Pot, grass, wacky ‘baccy, devil’s grass, peace tobacco, or hippie’s lettuce are some of the many names for marijuana, but with all jokes aside, should marijuana be legalized for medical purposes? This question has been on the controversial table for many years but now it is in the spotlight more than ever. This argument is becoming more of an up roar because the U.S. Congress is debating whether or not to legalize marijuana. Medical marijuana has a great amount of benefits and may be better than other alternative medicines, but does have some risk factors.
Many people are concern about medical marijuana because cause of the risks and side effects. When smoking marijuana, the side effects may include temporary redness of conjunctiva (white
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There is a FDA approved prescription drug named Marinol or “Pot Pill,” which contains THC the main compound from the cannabis plant (marijuana plant). Marinol is available in retirement homes to help stimulate patients’ appetite. In the New York Times, Dr. Abrams states, ”It takes hours for the full effects of the capsules to be felt, where as smoking marijuana produces effects in a matter of minutes; the capsule, may not be the best way to deliver the drug (qtd. in Hilt).” Marijuana can relieve minor pains from conditions such as migraines, menstrual cramps, and even pains from arthritis. About.com reports, Aspirin, which is a non-steroidal anti-inflammatory drug (NSAID), is believed to be a source of more than a thousand deaths and 70,000 hospitalizations in the United States. Also, chronic use of Tylenol (acetaminophen) is found to be one of the most common effects of end-stage renal disease. On the other hand, grass has no reported deaths and smoking marijuana several times a day is just as effective as NSAIDs or acetaminophen (Eustice).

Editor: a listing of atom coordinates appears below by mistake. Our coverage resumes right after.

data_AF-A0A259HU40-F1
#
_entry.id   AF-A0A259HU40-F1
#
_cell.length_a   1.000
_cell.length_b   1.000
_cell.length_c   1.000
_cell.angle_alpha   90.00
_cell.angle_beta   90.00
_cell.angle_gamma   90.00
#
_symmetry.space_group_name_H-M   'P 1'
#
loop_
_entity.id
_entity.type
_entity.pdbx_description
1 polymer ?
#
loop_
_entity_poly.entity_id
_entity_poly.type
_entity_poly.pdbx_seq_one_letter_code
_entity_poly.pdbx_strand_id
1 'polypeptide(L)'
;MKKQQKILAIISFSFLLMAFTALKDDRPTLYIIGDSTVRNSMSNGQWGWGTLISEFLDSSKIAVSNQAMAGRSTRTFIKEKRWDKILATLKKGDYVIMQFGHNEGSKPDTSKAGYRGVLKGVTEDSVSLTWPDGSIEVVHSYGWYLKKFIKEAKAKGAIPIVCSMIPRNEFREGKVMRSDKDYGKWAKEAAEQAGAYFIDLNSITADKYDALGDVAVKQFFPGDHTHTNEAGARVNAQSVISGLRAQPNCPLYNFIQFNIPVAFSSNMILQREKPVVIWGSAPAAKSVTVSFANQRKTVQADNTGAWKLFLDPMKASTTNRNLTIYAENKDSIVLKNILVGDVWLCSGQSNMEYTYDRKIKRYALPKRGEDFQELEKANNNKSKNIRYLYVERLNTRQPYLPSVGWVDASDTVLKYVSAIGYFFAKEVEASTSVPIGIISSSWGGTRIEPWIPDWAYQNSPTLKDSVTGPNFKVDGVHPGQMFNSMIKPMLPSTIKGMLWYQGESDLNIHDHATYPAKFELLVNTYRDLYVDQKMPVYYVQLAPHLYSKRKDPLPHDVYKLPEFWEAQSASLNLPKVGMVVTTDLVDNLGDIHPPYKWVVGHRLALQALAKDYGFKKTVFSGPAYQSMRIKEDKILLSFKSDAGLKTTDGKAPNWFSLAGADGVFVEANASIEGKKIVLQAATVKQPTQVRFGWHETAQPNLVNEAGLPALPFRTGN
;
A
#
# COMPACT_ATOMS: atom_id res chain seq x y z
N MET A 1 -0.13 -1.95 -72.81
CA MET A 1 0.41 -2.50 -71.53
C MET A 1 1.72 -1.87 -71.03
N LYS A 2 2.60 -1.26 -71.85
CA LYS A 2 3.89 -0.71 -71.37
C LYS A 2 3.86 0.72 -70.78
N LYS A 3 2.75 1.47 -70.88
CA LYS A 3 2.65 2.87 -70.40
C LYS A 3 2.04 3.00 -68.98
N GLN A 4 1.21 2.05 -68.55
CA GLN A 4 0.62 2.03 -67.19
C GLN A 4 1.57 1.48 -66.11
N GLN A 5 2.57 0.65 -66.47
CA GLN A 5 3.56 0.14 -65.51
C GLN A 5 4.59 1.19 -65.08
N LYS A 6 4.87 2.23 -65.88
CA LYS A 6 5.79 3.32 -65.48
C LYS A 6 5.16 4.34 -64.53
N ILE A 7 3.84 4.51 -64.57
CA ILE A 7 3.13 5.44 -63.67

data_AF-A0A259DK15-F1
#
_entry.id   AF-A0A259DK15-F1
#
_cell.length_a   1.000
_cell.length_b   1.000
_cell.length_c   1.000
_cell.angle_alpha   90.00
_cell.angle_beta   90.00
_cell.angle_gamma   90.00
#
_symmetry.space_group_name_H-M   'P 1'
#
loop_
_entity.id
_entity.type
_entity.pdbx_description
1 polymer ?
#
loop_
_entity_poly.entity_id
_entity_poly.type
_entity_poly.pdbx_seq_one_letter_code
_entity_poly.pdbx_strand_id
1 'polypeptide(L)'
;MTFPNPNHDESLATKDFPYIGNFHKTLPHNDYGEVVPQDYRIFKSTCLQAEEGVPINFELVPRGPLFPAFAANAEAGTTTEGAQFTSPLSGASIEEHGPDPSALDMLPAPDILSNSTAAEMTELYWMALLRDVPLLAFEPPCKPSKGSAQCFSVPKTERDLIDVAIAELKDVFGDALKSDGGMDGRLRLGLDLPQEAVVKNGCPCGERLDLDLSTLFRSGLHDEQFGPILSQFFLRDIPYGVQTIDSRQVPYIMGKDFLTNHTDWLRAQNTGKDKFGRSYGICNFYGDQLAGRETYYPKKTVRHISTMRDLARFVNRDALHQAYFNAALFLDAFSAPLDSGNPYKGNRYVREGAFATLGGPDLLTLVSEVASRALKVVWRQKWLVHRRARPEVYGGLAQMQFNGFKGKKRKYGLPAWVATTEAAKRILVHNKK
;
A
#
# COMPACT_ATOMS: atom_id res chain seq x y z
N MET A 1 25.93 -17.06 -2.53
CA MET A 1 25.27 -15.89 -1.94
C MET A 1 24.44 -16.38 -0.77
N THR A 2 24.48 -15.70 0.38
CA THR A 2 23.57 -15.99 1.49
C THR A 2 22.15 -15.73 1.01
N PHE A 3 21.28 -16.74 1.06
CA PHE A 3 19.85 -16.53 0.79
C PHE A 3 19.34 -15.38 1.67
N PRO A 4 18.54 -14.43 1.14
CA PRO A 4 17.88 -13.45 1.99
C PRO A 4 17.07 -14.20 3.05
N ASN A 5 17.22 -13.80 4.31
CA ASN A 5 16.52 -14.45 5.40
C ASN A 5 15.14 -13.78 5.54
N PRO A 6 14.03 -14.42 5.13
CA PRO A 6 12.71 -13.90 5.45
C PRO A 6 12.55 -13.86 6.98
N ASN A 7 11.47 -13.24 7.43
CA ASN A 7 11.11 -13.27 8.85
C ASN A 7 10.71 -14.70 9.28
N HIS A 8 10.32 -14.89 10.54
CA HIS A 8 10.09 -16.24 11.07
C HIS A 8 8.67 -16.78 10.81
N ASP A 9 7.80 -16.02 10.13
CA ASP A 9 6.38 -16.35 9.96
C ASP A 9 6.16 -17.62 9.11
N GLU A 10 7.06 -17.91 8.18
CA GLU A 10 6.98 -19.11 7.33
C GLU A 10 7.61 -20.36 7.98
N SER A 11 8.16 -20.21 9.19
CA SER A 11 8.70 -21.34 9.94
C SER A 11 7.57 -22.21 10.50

Not only can marijuana assist on minor conditions but also major medical cases. In 1999 according to the Marijuana Policy Project (MPP), the National Academy of Sciences’ Institute of Medicine (IOM) did a two year research on marijuana, which was funded by the White House drug policy office. Patients